All well and good. But my experience in political science -- particularly international relations -- is that a distressingly high percentage of legal academics write from such an atheoretical, normative perspective that they don't realize that underlying their legal and policy pragmatics are implicit theories that need to be exposed, prodded, probed, and (often) pierced. I might add that it is my fervent hope that legal academics keep on doing this, because it means that they will continue to provide empirical grist for my theoretical mill.
That said, the book on my nightstand right now is Adrian Vermeule and Eric Posner's Terror in the Balance: Security, Liberty, and the Courts -- and they have their own issues with civil libertarians. So I'll humbly exit this debate and go do some more
FINAL UPDATE: Jacob Levy gets the last, definitive word on the subject.
ANOTHER FINAL UPDATE... I'M NOT KIDDING THIS TIME... THIS IS LIKE THE DOUBLE-SECRET, TRIPLE-DOG-DARE FINAL UPDATE: And I am telling you Ann Althouse is not going anywhere until she has the final word.
So that's it. I'm just going to back away slowly from the keyboard now... no sudden moves... no metaphors... no prose stylings that Althouse could interpret as sexual imagery in any way whatsoever.... and, yes, I did it!! [Heh. You said "did it."--ed. D'Oh!!]
Tuesday, December 26, 2006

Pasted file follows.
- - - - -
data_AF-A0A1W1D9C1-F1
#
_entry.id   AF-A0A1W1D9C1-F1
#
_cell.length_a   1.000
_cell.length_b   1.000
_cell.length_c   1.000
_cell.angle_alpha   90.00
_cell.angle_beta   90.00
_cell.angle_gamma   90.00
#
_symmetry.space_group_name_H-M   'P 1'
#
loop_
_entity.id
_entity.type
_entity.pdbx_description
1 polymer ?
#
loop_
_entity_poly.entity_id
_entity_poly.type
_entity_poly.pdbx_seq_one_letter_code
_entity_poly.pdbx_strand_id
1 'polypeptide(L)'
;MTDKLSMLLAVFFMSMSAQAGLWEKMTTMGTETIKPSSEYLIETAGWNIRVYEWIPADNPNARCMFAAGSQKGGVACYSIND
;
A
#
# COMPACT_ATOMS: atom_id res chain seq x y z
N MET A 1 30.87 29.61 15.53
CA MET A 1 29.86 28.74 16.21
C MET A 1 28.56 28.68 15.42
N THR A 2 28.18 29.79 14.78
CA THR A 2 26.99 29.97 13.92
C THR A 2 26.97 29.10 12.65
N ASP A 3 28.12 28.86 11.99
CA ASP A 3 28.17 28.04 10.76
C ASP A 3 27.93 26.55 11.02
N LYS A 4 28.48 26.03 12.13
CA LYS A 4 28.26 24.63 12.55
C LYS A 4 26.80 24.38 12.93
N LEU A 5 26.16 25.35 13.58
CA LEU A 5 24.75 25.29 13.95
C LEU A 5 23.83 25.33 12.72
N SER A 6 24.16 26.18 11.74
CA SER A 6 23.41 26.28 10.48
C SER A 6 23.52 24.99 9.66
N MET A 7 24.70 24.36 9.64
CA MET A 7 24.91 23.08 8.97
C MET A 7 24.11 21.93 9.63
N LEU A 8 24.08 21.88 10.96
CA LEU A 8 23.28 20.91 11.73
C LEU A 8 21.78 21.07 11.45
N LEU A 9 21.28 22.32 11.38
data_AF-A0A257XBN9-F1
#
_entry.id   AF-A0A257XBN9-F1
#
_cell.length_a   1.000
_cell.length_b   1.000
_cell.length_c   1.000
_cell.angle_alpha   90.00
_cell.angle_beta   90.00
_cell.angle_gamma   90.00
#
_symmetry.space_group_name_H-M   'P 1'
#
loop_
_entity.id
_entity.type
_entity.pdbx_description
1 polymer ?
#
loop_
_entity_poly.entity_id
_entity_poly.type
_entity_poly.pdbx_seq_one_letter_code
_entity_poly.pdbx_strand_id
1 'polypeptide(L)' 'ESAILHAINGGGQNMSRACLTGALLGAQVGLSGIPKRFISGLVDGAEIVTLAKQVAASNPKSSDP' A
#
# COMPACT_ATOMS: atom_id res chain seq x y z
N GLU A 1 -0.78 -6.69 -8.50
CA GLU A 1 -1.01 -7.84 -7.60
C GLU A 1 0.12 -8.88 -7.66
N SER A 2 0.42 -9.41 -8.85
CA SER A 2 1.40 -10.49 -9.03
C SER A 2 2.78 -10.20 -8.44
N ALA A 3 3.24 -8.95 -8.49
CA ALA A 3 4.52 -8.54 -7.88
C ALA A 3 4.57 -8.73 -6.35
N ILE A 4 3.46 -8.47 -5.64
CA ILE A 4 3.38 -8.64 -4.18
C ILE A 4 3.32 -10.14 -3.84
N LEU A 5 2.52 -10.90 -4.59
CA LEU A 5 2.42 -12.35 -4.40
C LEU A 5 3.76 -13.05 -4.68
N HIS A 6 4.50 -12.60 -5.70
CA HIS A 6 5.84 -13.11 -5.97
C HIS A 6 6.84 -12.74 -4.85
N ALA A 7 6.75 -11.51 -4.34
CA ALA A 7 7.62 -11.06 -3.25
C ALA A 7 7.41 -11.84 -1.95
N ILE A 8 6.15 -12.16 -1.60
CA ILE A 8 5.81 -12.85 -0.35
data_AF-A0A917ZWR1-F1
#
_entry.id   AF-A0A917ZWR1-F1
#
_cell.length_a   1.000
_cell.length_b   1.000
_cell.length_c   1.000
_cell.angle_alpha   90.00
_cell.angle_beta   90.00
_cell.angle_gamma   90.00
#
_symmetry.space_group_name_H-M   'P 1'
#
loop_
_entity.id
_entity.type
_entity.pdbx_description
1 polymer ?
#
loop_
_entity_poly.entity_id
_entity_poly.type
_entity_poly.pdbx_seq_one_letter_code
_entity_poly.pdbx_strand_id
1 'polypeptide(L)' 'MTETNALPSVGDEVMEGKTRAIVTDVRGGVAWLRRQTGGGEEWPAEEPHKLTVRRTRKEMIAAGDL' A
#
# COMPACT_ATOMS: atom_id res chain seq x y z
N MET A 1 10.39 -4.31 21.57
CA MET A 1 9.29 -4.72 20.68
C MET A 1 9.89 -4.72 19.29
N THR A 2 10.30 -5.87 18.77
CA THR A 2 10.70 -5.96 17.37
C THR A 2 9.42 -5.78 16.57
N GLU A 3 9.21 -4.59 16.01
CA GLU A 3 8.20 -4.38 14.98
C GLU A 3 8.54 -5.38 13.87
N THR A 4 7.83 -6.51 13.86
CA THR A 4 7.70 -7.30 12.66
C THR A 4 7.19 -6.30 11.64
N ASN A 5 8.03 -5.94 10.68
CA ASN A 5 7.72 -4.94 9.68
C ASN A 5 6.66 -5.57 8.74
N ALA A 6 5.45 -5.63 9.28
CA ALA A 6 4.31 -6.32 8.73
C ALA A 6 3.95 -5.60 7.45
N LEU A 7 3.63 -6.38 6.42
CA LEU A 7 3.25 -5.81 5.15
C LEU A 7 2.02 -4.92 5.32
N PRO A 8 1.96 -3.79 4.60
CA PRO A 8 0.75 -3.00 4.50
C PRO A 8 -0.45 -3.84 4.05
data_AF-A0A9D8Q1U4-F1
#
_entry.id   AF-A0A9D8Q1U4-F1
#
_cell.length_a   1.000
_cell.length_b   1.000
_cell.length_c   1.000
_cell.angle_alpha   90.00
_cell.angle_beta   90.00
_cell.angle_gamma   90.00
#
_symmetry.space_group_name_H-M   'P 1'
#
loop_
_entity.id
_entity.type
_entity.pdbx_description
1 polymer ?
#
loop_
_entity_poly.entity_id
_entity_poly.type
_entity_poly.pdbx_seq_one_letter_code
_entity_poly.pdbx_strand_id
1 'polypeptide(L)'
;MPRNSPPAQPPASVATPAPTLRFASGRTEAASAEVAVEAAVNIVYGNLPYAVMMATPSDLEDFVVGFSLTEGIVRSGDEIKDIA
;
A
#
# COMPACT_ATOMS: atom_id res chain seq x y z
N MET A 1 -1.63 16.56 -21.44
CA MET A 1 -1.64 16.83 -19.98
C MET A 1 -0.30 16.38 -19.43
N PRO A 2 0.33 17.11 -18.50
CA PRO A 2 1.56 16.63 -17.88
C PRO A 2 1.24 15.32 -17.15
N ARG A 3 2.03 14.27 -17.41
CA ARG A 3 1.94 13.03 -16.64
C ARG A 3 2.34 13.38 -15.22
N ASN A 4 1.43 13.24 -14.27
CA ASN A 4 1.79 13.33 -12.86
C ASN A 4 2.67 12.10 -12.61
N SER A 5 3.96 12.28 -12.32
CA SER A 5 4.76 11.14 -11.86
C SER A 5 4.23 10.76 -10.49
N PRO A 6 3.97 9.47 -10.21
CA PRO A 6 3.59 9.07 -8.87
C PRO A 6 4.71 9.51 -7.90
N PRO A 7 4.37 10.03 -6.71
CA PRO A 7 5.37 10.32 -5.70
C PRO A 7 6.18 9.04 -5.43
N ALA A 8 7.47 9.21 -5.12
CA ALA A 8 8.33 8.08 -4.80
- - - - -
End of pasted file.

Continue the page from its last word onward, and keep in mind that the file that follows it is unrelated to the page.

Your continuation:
I'm not speaking to you
Over the next 48 hours I will be on a mini-vacation, at an attractive metropolitan locale, with my wife.... and without the children.
None of you will be coming along either.
Talk amongst yourselves, and enjoy the break.
Here's an opening question: does this Economic Policy Institute paper accurately assess American attitudes about the global economy?
Monday, December 25, 2006
When civil wars go transnational
Merry Christmas! In certain parts of the globe, that whole peace-on-earth-goodwill-towards-men business seems to be at a low ebb.
On its front page, the New York Times reports on two civil wars that: A) involve the United States directly or indirectly; and B) are also drawing in neighboring countries.
First, there's the obvious one -- Iraq. James Glanz and Sabrina Tavernise explain that some Iranians have had their hand caught in the cookie jar:
The American military is holding at least four Iranians in Iraq, including men the Bush administration called senior military officials, who were seized in a pair of raids late last week aimed at people suspected of conducting attacks on Iraqi security forces, according to senior Iraqi and American officials in Baghdad and Washington.Then, according to Jeffrey Gettlemen, there's Somalia:
Ethiopia officially plunged into war with Somalia’s Islamist forces on Sunday, bombing targets inside Somalia and pushing ground troops deep into Somali territory in a major escalation that could turn Somalia’s internal crisis into a violent religious conflict that engulfs the entire Horn of Africa.[Hey, you forgot the possible civil war between Fatah and Hamas in Palestine!!--ed. You are correct -- but Eric Umansky has some thoughts on what the United States should not do there.]